Lawyer Mobility: How Attorneys Can Get in Trouble with Butt Calls (and Ghost Calls)
I just turned in a feature story to the Association of Legal Administrator’s Legal Management on my little pet-project: being responsibly connected. I discussed cell phone-using truck drivers, who are 23% more likely to get into accidents, how people’s brains are changing because of Internet usage, the erosion of family time, etc., etc.
However, let’s be honest. Arguably a more mundane danger lurks. It’s known as the “butt call”, or a call accidentally triggered by someone sitting on their cell phone or otherwise activating the speed dial with one’s anatomy that is, shall we say, not one’s finger.
We’ve all frozen in fear at one point or another (except the smug bastards still using flip phones – how 2004 of them), realizing that our phone is live and broadcasting the private conversation we’ve just had about one’s medical condition, our annoyance with a certain individual, or our belted-out vocals accompanying Bonnie Tylers’ 1982 eternal power ballad “Total Eclipse of the Heart”.
For attorneys, this can endanger client confidentiality, or possibly even client confidence in their counsel’s singing ability.
When writing my ALA article, I received the following quote from a law office administrator who related a story about a Ghost Call, which plagued the initial version of the iPhone. Says Wade Peterson, Director of Practice Support at Bowman and Brooke LLP:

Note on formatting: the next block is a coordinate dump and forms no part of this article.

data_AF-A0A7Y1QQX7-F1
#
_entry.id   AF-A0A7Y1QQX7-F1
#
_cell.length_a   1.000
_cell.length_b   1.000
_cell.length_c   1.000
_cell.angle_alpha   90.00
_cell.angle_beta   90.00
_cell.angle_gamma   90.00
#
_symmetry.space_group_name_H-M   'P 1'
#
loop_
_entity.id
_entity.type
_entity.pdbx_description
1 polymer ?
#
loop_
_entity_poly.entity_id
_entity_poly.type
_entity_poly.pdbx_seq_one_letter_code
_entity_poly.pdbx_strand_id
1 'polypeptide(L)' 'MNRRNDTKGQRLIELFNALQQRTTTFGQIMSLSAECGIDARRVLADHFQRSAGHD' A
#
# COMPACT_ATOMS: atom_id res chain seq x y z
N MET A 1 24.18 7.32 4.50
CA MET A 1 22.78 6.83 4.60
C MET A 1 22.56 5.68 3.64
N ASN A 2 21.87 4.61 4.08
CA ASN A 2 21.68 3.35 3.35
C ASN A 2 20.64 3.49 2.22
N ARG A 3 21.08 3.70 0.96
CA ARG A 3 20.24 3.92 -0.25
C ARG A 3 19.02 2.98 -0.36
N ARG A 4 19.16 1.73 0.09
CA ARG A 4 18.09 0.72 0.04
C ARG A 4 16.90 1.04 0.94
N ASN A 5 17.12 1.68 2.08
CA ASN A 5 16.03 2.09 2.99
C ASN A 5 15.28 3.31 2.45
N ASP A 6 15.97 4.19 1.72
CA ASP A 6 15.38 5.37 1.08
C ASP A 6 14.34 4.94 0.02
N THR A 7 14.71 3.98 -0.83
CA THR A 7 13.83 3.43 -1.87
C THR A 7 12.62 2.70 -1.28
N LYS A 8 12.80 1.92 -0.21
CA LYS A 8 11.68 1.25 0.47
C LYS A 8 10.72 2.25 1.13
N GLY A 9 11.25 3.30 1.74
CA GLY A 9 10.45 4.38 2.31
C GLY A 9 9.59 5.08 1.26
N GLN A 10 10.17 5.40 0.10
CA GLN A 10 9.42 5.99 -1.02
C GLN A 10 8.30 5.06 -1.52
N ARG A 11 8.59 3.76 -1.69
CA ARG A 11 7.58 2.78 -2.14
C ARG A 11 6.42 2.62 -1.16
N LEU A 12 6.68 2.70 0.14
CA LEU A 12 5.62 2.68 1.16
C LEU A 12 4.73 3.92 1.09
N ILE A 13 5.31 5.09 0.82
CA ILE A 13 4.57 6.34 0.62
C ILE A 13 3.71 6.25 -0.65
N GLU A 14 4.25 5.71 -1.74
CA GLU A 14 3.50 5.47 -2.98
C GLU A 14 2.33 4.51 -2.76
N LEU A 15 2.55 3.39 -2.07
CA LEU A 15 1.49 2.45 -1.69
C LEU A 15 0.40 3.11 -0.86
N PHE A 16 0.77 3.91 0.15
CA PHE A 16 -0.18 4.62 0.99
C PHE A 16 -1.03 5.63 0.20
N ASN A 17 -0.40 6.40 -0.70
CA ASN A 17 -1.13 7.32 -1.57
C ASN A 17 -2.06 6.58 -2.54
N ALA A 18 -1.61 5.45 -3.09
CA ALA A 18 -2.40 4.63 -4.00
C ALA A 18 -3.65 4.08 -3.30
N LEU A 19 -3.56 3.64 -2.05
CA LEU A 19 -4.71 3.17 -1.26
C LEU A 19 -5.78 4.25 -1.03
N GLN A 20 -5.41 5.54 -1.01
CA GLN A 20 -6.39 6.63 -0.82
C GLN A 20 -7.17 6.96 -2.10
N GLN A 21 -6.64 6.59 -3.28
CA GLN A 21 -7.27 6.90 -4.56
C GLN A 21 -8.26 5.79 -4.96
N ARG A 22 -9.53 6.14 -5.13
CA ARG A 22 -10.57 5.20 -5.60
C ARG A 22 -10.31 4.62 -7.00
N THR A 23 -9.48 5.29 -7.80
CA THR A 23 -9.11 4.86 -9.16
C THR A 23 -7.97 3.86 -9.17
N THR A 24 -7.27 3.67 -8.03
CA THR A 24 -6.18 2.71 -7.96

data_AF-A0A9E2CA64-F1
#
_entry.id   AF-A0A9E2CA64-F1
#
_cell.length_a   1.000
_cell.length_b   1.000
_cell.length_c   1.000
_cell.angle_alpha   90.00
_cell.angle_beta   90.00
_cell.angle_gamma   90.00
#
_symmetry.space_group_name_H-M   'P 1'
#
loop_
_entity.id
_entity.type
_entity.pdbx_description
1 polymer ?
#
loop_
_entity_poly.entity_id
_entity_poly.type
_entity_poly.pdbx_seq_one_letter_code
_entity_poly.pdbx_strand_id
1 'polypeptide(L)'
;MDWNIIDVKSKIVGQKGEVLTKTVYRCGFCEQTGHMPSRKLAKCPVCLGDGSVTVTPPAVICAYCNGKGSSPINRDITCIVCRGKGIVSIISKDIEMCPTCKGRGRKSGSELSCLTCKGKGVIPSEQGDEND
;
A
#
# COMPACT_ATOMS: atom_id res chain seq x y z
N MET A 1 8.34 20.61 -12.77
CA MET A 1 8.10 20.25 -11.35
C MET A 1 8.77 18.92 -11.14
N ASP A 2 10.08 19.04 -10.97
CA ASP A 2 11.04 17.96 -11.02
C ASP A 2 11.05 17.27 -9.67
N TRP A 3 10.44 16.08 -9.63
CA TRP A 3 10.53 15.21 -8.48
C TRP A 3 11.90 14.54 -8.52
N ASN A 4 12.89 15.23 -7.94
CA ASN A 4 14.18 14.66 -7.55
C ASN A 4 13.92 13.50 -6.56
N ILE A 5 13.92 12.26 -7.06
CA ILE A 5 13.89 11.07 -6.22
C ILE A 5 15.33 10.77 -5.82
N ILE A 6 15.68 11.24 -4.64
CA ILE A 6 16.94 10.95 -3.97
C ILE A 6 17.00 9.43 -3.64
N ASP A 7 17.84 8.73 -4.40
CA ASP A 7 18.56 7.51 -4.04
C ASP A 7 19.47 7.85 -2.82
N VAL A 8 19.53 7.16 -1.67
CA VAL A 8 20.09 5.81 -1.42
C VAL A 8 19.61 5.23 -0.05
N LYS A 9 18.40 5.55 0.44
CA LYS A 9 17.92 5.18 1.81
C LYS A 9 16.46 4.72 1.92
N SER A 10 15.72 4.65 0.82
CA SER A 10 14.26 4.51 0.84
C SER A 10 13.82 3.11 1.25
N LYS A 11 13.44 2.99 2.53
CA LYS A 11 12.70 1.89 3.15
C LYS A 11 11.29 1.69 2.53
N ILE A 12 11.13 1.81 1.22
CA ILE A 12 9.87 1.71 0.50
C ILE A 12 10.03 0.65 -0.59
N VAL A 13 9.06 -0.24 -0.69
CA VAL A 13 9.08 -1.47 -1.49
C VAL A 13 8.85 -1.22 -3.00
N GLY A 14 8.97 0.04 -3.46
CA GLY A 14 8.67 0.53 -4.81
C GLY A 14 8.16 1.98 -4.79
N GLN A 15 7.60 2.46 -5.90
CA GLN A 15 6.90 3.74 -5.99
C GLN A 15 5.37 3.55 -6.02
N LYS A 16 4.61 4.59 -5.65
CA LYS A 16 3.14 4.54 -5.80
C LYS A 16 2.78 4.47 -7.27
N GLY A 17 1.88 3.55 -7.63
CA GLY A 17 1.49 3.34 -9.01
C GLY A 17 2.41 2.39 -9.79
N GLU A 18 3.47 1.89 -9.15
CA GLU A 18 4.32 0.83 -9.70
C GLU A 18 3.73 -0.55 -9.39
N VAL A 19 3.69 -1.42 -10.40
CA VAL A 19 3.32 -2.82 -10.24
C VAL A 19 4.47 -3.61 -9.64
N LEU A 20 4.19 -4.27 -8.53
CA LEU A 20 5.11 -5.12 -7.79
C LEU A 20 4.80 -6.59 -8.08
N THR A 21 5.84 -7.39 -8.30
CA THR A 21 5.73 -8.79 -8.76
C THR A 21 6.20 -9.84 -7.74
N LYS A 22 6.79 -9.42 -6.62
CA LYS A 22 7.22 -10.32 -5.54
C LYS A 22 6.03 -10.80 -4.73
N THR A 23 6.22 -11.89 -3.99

I owned one of the first generation Apple iPhones. There was a phenomenon known as “ghost calls” with them, whereby it would make random, uninitiated calls to people in your contact list. An embarrassing moment came while driving home alone – I had a private conversation with myself about a disagreement with my then girlfriend.
Unbeknownst to me, my iPhone decided to make a “ghost call” to her which recorded the conversation on her answering machine. I got a nasty return call asking “Who did you have the conversation with about our disagreement”! The relationship broke down shortly thereafter… and the iPhone was returned to the store the following day. I didn’t want future conversations monitored by random people in my contact list.
So to paraphrase Mel Brooks, unbeknownst to Wade but beknownst to his iPhone, an unintentional, destiny changing call was being made. The safest thing to do? My advice: never talk unless you know your phone is on.